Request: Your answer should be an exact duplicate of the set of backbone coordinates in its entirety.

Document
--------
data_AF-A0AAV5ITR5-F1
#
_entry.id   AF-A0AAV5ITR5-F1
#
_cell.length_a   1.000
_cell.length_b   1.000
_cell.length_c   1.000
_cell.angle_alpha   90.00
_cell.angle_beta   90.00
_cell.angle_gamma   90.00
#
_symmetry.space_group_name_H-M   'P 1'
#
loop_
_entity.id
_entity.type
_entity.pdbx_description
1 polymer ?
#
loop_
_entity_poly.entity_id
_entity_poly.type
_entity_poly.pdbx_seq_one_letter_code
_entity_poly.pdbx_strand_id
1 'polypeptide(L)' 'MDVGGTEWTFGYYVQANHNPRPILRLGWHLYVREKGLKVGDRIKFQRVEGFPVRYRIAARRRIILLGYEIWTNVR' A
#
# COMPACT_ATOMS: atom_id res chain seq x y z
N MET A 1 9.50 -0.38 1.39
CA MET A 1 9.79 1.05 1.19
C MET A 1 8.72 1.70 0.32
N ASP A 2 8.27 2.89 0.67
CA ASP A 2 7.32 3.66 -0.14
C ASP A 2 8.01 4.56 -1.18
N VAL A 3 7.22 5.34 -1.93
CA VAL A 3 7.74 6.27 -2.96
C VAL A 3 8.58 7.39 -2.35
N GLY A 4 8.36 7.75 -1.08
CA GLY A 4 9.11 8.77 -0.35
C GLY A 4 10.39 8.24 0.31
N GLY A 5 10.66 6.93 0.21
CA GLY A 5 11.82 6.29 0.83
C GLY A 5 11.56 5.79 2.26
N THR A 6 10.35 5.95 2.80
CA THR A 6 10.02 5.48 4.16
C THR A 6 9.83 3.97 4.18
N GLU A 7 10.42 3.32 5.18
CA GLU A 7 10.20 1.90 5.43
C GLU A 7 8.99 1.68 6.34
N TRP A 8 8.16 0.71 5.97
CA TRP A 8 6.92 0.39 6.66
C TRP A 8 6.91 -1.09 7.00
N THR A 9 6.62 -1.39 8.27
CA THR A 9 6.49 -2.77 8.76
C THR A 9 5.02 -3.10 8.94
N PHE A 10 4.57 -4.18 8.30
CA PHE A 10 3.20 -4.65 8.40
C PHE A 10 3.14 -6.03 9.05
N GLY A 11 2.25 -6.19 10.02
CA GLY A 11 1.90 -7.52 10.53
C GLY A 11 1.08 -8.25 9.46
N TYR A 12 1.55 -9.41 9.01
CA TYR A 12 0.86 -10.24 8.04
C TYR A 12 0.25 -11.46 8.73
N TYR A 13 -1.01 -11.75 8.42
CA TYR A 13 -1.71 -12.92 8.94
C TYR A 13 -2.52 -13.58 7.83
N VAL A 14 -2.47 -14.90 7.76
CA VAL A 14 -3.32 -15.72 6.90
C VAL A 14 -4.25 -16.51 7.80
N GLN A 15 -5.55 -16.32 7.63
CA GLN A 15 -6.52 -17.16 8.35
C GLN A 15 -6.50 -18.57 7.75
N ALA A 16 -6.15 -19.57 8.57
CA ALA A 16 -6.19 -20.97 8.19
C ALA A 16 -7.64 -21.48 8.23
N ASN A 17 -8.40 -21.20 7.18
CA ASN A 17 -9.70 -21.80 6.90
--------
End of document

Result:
data_AF-A0AAV5ITR5-F1
#
_entry.id   AF-A0AAV5ITR5-F1
#
_cell.length_a   1.000
_cell.length_b   1.000
_cell.length_c   1.000
_cell.angle_alpha   90.00
_cell.angle_beta   90.00
_cell.angle_gamma   90.00
#
_symmetry.space_group_name_H-M   'P 1'
#
loop_
_entity.id
_entity.type
_entity.pdbx_description
1 polymer ?
#
loop_
_entity_poly.entity_id
_entity_poly.type
_entity_poly.pdbx_seq_one_letter_code
_entity_poly.pdbx_strand_id
1 'polypeptide(L)' 'MDVGGTEWTFGYYVQANHNPRPILRLGWHLYVREKGLKVGDRIKFQRVEGFPVRYRIAARRRIILLGYEIWTNVR' A
#
# COMPACT_ATOMS: atom_id res chain seq x y z
N MET A 1 9.50 -0.38 1.39
CA MET A 1 9.79 1.05 1.19
C MET A 1 8.72 1.70 0.32
N ASP A 2 8.27 2.89 0.67
CA ASP A 2 7.32 3.66 -0.14
C ASP A 2 8.01 4.56 -1.18
N VAL A 3 7.22 5.34 -1.93
CA VAL A 3 7.74 6.27 -2.96
C VAL A 3 8.58 7.39 -2.35
N GLY A 4 8.36 7.75 -1.08
CA GLY A 4 9.11 8.77 -0.35
C GLY A 4 10.39 8.24 0.31
N GLY A 5 10.66 6.93 0.21
CA GLY A 5 11.82 6.29 0.83
C GLY A 5 11.56 5.79 2.26
N THR A 6 10.35 5.95 2.80
CA THR A 6 10.02 5.48 4.16
C THR A 6 9.83 3.97 4.18
N GLU A 7 10.42 3.32 5.18
CA GLU A 7 10.20 1.90 5.43
C GLU A 7 8.99 1.68 6.34
N TRP A 8 8.16 0.71 5.97
CA TRP A 8 6.92 0.39 6.66
C TRP A 8 6.91 -1.09 7.00
N THR A 9 6.62 -1.39 8.27
CA THR A 9 6.49 -2.77 8.76
C THR A 9 5.02 -3.10 8.94
N PHE A 10 4.57 -4.18 8.30
CA PHE A 10 3.20 -4.65 8.40
C PHE A 10 3.14 -6.03 9.05
N GLY A 11 2.25 -6.19 10.02
CA GLY A 11 1.90 -7.52 10.53
C GLY A 11 1.08 -8.25 9.46
N TYR A 12 1.55 -9.41 9.01
CA TYR A 12 0.86 -10.24 8.04
C TYR A 12 0.25 -11.46 8.73
N TYR A 13 -1.01 -11.75 8.42
CA TYR A 13 -1.71 -12.92 8.94
C TYR A 13 -2.52 -13.58 7.83
N VAL A 14 -2.47 -14.90 7.76
CA VAL A 14 -3.32 -15.72 6.90
C VAL A 14 -4.25 -16.51 7.80
N GLN A 15 -5.55 -16.32 7.63
CA GLN A 15 -6.52 -17.16 8.35
C GLN A 15 -6.50 -18.57 7.75
N ALA A 16 -6.15 -19.57 8.57
CA ALA A 16 -6.19 -20.97 8.19
C ALA A 16 -7.64 -21.48 8.23
N ASN A 17 -8.40 -21.20 7.18
CA ASN A 17 -9.70 -21.80 6.90